Over the past week, most Nigerians and indeed Edo people were shell-shocked at the rapprochement that took place between former Edo State Governor, Adams Oshiomhole and the incumbent, Godwin Nogheghase Obaseki. In times past, the duo were political friends and acquaintances – the one seen more as a political godfather to the other. Godwin Obaseki was economic adviser to Adams Oshiomhole and formed part of his inner caucus. Therefore, when it was time for Mr Oshiomhole to make a choice in a successor between his deputy of eight years, and his economic adviser, he went for the later.
Therefore, when things fell apart between the duo, most Edo people and particularly members of the political class pitched their tents on their preferred divide. One divide argued that the choice of Obaseki as Oshiomhole’s successor ordinarily should suggest that in the whole of his lifetime, Obaseki should be grateful to Oshiomhole, and do all he can to pamper and cultivate his benefactor. They hold that in having any kind of rift with his ‘benefactor’, Oshiomhole’s political son has been biting the finger that fed him. They say that even though Mr. Obaseki is deft with the management of men and materials, he alienated the political elite by refusing to give them money.
For those on the side of Godwin Obaseki, their traducers have no inkling of the crucial role Obaseki played in the Oshiomhole admin in boosting the Edo financial base in the face-off between Oshiomhole and the Goodluck Jonathan administration. They describe their man as one whose palm kernels were not cracked for him by the benevolence of Mr. Oshiomhole. They say that their man is his own man, and who is good at the management of men and materials. One such Obasekite referred this author to an Amsterdam magazine, The Voice. It said of Mr. Obaseki that for seven years in the administration of Governor Oshiomhole, he was voluntary Chairman of the Edo state Economic and Strategy Team as well as Chairman of Tax Review Committee for the Edo state Internal Revenue Service, TARC and the committee on micro, small and medium enterprises’.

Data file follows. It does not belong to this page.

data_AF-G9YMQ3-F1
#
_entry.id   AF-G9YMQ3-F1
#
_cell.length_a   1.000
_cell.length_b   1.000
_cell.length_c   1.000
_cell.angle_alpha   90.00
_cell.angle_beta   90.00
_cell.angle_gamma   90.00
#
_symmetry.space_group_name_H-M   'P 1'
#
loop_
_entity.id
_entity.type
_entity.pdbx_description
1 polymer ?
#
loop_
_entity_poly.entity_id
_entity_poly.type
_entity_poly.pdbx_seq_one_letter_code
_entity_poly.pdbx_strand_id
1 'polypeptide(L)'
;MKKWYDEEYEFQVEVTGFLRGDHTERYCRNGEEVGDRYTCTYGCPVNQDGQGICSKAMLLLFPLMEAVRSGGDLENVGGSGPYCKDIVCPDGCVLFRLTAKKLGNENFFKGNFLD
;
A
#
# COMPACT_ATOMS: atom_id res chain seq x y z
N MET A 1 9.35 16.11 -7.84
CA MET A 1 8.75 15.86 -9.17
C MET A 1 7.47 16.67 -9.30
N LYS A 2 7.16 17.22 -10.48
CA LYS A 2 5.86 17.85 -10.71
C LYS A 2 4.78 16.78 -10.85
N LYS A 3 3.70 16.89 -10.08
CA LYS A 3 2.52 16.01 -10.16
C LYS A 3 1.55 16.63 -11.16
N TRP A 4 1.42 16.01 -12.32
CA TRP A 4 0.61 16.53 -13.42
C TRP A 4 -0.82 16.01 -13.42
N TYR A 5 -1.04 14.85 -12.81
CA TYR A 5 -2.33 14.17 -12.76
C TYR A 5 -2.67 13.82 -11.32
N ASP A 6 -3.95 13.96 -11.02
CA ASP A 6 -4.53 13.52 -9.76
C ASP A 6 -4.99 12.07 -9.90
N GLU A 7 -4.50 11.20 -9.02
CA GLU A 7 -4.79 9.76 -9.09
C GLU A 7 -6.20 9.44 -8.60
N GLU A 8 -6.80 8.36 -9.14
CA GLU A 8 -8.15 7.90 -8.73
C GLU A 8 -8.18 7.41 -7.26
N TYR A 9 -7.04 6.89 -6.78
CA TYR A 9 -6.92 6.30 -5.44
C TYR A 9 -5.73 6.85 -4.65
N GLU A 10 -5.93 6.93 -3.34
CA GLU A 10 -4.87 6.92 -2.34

Over the weekend when the duo got together, they embraced and smiled at the cameras. One of them blamed the press, who most politicians refer to as jourliticians, as responsible for the festering rift. ‘We are brothers’, Oshiomhole said.
At CERLSI, we often wondered if the rift and the support it generated on both divides ever improved the living conditions of the supporters of both ‘brothers’. How many live in the kinds of mansions that we all saw at the venue of the rapprochement of the brothers? Did the rift put more food on the tables on those vociferously championing this as against the other divide? If it did then it means that those who benefitted from the rift between both brothers are carpetbaggers and political mercenaries. Did power supply normalize or did it help to tar the failed portions of some of the roads in Edo state?
The supreme lesson for those for and against the rift between both men is this: it is better to stand up and take the case for the people of Edo state rather than pitching tents in favour or against politicians. These supporters must realize that most politicians have two faces, two mouths, four ears and are nocturnal. Their interest – to better their lot and that of their families, is paramount and permanent. There are no permanent friends and enemies in the game of thrones. Instead, there are frenemies. The Alliances politicians forge are fickle. As they shake hands with you, they prepare the other hand to box your ears.
CERLSI encourages both brothers to fight a different kind of fight now: that to improve on the welfare of the people they represent. Enough of the mundane and the banal.
Etemiku is deputy executive director, Civil Empowerment & Rule of Law Support Initiative, CERLSI, Abuja.